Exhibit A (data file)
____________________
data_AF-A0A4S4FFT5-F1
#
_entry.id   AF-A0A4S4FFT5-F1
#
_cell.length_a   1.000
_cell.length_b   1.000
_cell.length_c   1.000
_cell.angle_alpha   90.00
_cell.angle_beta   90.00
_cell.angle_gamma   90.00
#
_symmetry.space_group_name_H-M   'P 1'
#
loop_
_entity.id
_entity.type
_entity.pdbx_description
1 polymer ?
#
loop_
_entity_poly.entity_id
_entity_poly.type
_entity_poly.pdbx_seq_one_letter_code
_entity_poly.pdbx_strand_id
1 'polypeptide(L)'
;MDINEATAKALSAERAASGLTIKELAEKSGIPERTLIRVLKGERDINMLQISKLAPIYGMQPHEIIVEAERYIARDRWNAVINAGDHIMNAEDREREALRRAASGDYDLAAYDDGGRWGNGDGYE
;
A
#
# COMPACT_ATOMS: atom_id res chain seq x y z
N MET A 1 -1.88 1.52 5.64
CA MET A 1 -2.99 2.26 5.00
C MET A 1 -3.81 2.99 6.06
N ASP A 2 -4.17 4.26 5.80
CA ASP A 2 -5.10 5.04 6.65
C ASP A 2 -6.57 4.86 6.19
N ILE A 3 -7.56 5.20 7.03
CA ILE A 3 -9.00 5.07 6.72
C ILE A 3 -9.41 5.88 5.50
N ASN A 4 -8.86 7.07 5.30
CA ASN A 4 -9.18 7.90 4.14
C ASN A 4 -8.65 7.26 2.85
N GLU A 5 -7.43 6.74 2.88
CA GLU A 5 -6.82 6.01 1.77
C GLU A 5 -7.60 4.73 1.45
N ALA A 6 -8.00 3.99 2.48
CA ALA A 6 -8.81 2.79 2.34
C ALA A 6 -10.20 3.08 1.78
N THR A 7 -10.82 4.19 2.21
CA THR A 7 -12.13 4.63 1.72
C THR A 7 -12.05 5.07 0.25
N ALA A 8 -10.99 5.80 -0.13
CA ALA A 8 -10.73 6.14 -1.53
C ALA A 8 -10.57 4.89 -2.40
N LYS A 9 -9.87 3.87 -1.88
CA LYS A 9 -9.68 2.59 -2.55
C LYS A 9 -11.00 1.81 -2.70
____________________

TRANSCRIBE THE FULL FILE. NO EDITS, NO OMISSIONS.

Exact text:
data_AF-A0A4S4FFT5-F1
#
_entry.id   AF-A0A4S4FFT5-F1
#
_cell.length_a   1.000
_cell.length_b   1.000
_cell.length_c   1.000
_cell.angle_alpha   90.00
_cell.angle_beta   90.00
_cell.angle_gamma   90.00
#
_symmetry.space_group_name_H-M   'P 1'
#
loop_
_entity.id
_entity.type
_entity.pdbx_description
1 polymer ?
#
loop_
_entity_poly.entity_id
_entity_poly.type
_entity_poly.pdbx_seq_one_letter_code
_entity_poly.pdbx_strand_id
1 'polypeptide(L)'
;MDINEATAKALSAERAASGLTIKELAEKSGIPERTLIRVLKGERDINMLQISKLAPIYGMQPHEIIVEAERYIARDRWNAVINAGDHIMNAEDREREALRRAASGDYDLAAYDDGGRWGNGDGYE
;
A
#
# COMPACT_ATOMS: atom_id res chain seq x y z
N MET A 1 -1.88 1.52 5.64
CA MET A 1 -2.99 2.26 5.00
C MET A 1 -3.81 2.99 6.06
N ASP A 2 -4.17 4.26 5.80
CA ASP A 2 -5.10 5.04 6.65
C ASP A 2 -6.57 4.86 6.19
N ILE A 3 -7.56 5.20 7.03
CA ILE A 3 -9.00 5.07 6.72
C ILE A 3 -9.41 5.88 5.50
N ASN A 4 -8.86 7.07 5.30
CA ASN A 4 -9.18 7.90 4.14
C ASN A 4 -8.65 7.26 2.85
N GLU A 5 -7.43 6.74 2.88
CA GLU A 5 -6.82 6.01 1.77
C GLU A 5 -7.60 4.73 1.45
N ALA A 6 -8.00 3.99 2.48
CA ALA A 6 -8.81 2.79 2.34
C ALA A 6 -10.20 3.08 1.78
N THR A 7 -10.82 4.19 2.21
CA THR A 7 -12.13 4.63 1.72
C THR A 7 -12.05 5.07 0.25
N ALA A 8 -10.99 5.80 -0.13
CA ALA A 8 -10.73 6.14 -1.53
C ALA A 8 -10.57 4.89 -2.40
N LYS A 9 -9.87 3.87 -1.88
CA LYS A 9 -9.68 2.59 -2.55
C LYS A 9 -11.00 1.81 -2.70